fruit preservative

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Description

Food preservatives are the substance that are used in the process of treating and handling of fruits to stop or greatly slow down spoilage (loss of quality, edibility or nutritive value) caused or accelerated by micro-organisms. It also includes processes to inhibit natural ageing and discoloration that can occur during food preparation such as the enzymatic browning reaction in apples which causes browning when apples are cut. Minimally processed fruits and vegetables are preserved by use of a flavonoid. Cut and peeled fruits or vegetables are sprayed or dipped in a solution containing a flavonoid and an anti-oxidant such as ascorbic acid, erythorbic acid or alpha lipoic acid. Juices are also preserved by the addition of a flavonoid and ascorbic acid if it is not already present.

The fresh fruit preservative preserves the texture, flavour, appearance, crispness, and color of the fresh fruit, particularly the exposed skin of the fresh fruit.

Sugar as fruit preservative

Sugar is used to preserve fruits, either in syrup with fruit such as apples, pears, peaches, apricots, plums or in crystallized form where the preserved material is cooked in sugar to the point of crystallisation and the resultant product is then stored dry. This method is used for the skins of citrus fruit (candied peel),and ginger. A modification of this process produces glacé fruit such as glacé cherries where the fruit is preserved in sugar but is then extracted from the syrup and sold, the preservation being maintained by the sugar content of the fruit and the superficial coating of syrup.

Sodium benzoate

Sodium benzoate is a preservative, bacteriostatic and fungistatic under acidic conditions. It is used most prevalently in acidic foods such as jams and fruit juices. It is found naturally in cranberries, prunes, plums, cinnamon, ripe cloves, and apples. Concentration as a preservative is limited by the FDA to 0.1% by weight.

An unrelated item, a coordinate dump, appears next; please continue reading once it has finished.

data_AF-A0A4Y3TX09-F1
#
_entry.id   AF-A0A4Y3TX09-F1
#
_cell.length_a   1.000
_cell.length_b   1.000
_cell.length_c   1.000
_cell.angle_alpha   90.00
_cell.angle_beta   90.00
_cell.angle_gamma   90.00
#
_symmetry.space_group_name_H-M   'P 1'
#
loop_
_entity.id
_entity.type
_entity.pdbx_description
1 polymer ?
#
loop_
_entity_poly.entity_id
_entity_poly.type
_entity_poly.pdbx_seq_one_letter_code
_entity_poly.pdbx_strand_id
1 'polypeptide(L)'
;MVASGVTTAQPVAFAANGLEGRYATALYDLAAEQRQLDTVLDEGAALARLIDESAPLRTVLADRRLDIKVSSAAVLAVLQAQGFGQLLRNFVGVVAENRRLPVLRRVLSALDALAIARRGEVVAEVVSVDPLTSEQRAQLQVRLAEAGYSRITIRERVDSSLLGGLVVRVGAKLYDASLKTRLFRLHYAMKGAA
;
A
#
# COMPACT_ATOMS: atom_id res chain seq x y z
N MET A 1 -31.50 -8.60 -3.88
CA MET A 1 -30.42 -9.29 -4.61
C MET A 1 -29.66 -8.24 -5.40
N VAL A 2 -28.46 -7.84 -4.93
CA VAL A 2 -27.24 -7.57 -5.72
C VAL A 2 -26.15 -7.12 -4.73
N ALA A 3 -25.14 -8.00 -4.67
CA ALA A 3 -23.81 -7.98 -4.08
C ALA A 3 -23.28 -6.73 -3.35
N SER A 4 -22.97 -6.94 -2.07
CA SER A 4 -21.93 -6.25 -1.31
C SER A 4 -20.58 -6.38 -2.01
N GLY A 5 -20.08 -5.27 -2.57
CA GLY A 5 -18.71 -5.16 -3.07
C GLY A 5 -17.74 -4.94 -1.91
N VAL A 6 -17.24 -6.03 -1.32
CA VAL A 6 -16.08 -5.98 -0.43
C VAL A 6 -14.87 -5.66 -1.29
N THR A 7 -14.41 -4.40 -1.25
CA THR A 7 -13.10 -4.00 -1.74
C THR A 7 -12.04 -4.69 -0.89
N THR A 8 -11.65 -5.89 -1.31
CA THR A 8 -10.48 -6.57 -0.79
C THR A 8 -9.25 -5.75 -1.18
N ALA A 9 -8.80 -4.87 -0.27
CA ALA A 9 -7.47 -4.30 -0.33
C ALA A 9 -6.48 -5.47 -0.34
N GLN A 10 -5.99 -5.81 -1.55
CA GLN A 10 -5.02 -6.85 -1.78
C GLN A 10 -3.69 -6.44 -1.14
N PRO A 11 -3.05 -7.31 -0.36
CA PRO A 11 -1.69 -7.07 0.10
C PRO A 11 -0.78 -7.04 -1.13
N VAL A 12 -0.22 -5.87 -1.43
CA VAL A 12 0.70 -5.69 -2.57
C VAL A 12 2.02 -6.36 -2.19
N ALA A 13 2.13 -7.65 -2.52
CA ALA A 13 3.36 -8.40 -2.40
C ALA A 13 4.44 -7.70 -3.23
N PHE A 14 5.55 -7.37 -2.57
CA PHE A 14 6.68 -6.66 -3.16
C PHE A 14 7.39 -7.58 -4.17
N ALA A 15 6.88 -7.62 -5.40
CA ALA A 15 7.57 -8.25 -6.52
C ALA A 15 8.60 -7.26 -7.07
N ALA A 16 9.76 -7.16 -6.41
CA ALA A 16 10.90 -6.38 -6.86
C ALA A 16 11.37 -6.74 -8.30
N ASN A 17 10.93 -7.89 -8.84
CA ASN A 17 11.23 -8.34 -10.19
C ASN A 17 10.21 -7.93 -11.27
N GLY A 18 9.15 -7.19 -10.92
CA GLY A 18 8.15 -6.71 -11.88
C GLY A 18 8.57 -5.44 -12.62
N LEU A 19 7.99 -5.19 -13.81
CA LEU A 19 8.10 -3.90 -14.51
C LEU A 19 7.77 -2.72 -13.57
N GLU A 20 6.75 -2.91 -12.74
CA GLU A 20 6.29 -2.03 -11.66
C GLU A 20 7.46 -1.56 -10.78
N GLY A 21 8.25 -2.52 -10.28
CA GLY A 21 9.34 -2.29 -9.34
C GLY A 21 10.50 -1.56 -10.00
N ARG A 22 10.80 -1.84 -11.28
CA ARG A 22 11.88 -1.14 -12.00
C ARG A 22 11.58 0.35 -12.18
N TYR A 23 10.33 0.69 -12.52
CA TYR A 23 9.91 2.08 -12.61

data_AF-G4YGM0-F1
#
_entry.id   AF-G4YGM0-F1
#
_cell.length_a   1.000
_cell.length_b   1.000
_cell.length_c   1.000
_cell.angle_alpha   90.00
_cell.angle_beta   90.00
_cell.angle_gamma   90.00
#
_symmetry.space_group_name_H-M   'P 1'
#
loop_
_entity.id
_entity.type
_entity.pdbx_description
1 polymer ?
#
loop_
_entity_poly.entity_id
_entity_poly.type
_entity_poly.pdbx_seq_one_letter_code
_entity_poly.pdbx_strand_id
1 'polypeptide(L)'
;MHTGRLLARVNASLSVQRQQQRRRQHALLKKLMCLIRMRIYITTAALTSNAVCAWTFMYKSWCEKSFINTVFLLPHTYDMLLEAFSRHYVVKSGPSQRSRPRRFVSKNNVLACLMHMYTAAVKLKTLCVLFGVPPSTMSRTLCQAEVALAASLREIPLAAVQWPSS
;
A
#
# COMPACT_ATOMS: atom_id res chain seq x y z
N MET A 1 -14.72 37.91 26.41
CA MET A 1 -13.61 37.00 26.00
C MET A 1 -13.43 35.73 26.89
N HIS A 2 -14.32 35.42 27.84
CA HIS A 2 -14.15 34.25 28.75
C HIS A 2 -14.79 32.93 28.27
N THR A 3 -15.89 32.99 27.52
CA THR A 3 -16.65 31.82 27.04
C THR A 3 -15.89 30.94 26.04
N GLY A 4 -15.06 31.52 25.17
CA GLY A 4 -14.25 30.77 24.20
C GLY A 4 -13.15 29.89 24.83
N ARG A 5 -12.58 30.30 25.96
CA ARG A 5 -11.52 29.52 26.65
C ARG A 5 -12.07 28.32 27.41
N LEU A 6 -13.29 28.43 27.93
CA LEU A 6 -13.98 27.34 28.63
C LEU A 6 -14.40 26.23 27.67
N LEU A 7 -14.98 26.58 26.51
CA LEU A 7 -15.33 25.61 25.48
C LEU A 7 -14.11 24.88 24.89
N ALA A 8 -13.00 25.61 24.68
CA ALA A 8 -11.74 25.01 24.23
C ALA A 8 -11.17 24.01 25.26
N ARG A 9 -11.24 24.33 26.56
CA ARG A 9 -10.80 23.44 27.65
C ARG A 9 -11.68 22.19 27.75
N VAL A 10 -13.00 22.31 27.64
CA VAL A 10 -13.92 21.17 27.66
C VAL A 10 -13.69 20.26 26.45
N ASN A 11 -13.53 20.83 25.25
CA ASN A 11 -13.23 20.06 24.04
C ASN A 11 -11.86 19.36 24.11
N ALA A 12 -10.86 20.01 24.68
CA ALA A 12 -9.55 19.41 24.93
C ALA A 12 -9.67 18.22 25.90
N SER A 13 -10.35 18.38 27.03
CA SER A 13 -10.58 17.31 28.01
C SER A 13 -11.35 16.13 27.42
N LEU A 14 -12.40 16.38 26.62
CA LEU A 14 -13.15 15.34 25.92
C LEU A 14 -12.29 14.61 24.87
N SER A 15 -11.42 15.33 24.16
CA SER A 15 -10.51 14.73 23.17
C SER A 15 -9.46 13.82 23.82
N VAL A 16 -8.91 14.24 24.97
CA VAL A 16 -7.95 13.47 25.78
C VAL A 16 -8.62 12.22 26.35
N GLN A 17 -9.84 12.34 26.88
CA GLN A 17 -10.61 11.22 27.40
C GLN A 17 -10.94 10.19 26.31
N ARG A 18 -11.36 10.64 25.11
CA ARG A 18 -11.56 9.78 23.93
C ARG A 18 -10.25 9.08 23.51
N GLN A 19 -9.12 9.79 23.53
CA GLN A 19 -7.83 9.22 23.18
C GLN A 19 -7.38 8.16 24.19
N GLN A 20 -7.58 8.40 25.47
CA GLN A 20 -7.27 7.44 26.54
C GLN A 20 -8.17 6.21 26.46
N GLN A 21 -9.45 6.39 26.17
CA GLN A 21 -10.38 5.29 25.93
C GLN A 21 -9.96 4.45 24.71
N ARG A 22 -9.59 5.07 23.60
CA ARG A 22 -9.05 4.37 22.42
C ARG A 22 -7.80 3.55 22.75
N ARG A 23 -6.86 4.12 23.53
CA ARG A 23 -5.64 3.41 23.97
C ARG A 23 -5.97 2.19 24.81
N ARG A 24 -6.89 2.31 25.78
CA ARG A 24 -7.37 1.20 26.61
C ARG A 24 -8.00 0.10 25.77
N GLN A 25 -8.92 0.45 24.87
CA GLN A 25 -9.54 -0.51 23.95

Sulphur di oxide

It is used as a preservative for dried fruits.

Citric acid is an organic (carbon based) acid found in nearly all citrus fruits, particularly lemons, limes, and grapefruits. It is widely used as a flavoring agent, preservative, and cleaning agent. Citric acid is produced commercially by the fermentation of sugar by several species of mold. As a flavoring agent, it can help produce both a tartness [caused by the production of hydrogen ions (H+)] and sweetness (the result of the manner in which citric acid molecules "fit" into "sweet" receptors on our tongues.

How to select

The fruit preservative should be selected depending upon the fruits to be preserved, the processing specifications and the desired end product i.e juice or dried fruit of pulp, etc. Check the expiry date before buying.

Culinary Uses

· The use of fruit preservative is to stop spoilage and discoloration in fruits.
· Fruit preservatives are added in preparation of jams, jellies, purees, juices.

How to store

Store fruit preservatives in an air tight container and keep it in the refrigerator.

Health benefits

· Though natural preservatives may be added to fruits while processing, one should avoid an excess use of artificial preservatives as their repeated use have shown to pose health risk.




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